What Is An Internship?
Some have conservatively estimated that in the US alone there are over 500,000 unpaid internships each year, but what exactly is an internship?
Merriam-Websters dictionary doesn’t have a definition for “internship”, but defines “intern” as “an advanced student or graduate usually in a professional field (as medicine or teaching) gaining supervised practical experience (as in a hospital or classroom).”
Wikipedia defines “internship” as, “a system of on-the-job training for white-collar jobs, similar to an apprenticeship. Interns are usually college or university students, but they can also be high school students or post graduate adults seeking skills for a new career. They may also be as young as middle school or in some cases elementary students.”
As Ross Perlin puts it in his book Intern Nation, “the very significance of the word intern lies in its ambiguity.”
My Attempt At Clarity
While trying to answer this question, I developed the following visual diagram to help pinpoint where on the career/work spectrum internships fall.
Since there is no clear definition of just what an internship is, clarity through comparison may be a good way to help clear up the ambiguity.
What are some of the essential differences between “School” and an “Internship”?
- Environment (classroom vs. field/office)
- Method of instruction (Stand in front of class vs. demonstration)
- Method of supervision (tests vs. directly watch performance)
- Types of subjects taught (theoretical vs. practical)
What are some of essential differences between a “Job” and an “Internship”?
- Instruction/Supervision (limited/none vs. active)
- Level of Difficulty (challenging vs. easy)
- Responsibilities (many vs. few)
- Expectation of Productivity (yes vs. no)
- Duration (indefinite vs. limited)
- Duty of Loyalty (expected vs. none)
- Scope of Control During Work Hours (total vs. limited/none)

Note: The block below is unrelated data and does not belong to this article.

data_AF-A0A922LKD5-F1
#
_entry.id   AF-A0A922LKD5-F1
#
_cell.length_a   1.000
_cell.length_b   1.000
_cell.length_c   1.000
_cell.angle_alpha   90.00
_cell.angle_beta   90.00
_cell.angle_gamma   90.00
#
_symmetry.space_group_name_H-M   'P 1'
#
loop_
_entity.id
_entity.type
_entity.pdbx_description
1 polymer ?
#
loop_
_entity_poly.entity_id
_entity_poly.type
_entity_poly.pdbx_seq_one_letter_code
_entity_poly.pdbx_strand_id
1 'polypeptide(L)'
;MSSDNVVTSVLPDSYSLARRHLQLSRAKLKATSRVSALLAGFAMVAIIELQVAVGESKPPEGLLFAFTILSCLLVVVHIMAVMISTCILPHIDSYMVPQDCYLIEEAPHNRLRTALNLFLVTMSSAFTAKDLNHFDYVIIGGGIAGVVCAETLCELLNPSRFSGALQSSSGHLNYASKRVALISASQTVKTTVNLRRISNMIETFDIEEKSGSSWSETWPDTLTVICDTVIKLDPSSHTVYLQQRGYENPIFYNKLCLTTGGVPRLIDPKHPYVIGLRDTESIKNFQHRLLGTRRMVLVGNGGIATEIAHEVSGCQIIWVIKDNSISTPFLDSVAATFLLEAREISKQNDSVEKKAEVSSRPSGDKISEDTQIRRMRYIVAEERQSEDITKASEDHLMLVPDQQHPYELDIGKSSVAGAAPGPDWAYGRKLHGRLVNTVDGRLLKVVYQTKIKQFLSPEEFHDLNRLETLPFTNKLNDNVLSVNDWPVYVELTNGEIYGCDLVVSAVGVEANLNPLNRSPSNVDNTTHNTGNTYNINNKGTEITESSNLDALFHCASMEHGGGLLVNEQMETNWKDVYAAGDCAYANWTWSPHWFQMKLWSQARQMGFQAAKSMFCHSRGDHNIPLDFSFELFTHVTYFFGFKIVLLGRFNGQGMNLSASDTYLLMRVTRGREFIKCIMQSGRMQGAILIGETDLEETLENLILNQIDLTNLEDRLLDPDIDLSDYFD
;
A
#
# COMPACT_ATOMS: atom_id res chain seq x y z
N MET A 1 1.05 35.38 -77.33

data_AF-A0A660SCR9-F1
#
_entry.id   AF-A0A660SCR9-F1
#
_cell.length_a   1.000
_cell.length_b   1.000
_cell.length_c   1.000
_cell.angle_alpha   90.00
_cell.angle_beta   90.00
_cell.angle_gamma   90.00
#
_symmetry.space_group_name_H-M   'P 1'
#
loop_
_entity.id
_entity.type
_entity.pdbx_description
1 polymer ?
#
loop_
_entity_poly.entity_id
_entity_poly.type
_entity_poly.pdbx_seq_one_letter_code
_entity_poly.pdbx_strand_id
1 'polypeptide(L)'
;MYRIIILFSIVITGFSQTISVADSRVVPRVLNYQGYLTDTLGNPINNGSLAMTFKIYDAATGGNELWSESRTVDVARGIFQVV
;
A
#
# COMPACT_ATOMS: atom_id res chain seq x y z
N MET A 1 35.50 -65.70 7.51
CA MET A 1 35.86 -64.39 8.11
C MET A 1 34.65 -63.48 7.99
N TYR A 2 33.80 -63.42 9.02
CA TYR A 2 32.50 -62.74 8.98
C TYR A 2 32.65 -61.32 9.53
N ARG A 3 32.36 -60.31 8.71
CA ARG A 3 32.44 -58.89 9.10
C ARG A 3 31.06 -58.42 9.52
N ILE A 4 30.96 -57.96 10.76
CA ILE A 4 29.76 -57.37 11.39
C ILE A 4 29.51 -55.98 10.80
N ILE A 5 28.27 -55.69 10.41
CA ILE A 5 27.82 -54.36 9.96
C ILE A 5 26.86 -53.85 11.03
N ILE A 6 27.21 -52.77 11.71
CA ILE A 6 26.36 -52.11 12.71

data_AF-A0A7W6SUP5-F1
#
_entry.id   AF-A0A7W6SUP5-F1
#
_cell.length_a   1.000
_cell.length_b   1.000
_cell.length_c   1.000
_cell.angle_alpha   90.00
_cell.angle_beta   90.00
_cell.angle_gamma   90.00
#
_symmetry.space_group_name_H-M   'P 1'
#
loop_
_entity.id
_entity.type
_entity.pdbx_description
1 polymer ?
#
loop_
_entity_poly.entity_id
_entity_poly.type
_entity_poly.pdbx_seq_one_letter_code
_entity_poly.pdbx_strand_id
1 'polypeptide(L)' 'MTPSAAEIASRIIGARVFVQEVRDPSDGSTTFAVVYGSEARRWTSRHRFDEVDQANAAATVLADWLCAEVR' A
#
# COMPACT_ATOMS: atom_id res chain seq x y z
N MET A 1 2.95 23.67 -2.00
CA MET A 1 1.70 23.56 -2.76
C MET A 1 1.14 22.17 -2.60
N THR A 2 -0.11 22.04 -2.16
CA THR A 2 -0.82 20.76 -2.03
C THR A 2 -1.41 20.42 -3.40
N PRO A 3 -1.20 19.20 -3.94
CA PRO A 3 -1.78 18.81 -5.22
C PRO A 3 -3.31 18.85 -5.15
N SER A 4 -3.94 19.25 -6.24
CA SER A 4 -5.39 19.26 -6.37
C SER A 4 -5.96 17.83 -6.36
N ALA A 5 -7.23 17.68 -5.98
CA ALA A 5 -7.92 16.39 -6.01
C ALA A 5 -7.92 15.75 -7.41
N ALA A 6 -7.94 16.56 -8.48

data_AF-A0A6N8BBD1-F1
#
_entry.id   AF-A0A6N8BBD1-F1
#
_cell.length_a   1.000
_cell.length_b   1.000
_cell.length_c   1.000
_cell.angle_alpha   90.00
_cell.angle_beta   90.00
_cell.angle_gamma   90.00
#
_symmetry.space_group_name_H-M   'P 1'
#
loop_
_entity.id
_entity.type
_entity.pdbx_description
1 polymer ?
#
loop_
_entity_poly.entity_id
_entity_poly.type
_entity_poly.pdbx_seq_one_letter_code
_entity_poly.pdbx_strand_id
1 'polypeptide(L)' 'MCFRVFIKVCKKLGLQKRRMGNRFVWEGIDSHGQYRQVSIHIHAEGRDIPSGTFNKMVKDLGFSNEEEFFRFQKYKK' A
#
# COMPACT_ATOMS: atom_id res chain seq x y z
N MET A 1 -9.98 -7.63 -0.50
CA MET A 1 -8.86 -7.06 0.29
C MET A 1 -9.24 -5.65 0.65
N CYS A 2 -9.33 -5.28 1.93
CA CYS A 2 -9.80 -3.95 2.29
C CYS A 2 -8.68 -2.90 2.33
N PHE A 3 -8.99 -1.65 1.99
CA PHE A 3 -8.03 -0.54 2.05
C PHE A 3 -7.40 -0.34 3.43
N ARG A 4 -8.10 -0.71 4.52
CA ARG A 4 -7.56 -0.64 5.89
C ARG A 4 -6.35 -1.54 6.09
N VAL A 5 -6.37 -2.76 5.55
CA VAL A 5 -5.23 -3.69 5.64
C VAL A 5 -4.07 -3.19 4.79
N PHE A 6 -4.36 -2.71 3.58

So what’s the difference between a paid internship and an unpaid internship?
There appears to be no clear and consistent answer to this question.
Looking at actual paid and unpaid internships, the National Association of Colleges and Employers concluded in their 2011 Student Survey?that “paid?internships are generally characterized by students having?more professional level experience than unpaid internships. In reverse, students in unpaid internships appear to spend a disproportionate amount of time engaged in clerical/non-essential functions,” which is why unpaid interns consistently received less job offers and lower starting salary offers.?While there are some variations in level of flexibility, workload, and office status, there seems to be no clear line that divides the two. The?existence?of paid internships clouds the issues?when discussing just what exactly is an internship.
If an employer is paying an “intern” because of valuable work that was actually performed, then what’s the difference between a paid internship and a summer job? I’m not really sure why paid internships exist. Just call them jobs (it would certainly look better on the intern’s resume). ?Businesses don’t just pay people because they are feeling generous towards those they are educating and training. If the argument for unpaid internships is that the training is payment for any work, if any, that might benefit the for-profit business, then why are paid interns being paid? Remember, universities don’t pay the student they teach.
This confusion and ambiguity that surrounds internships today?is an essential contributor to the “internship problem”.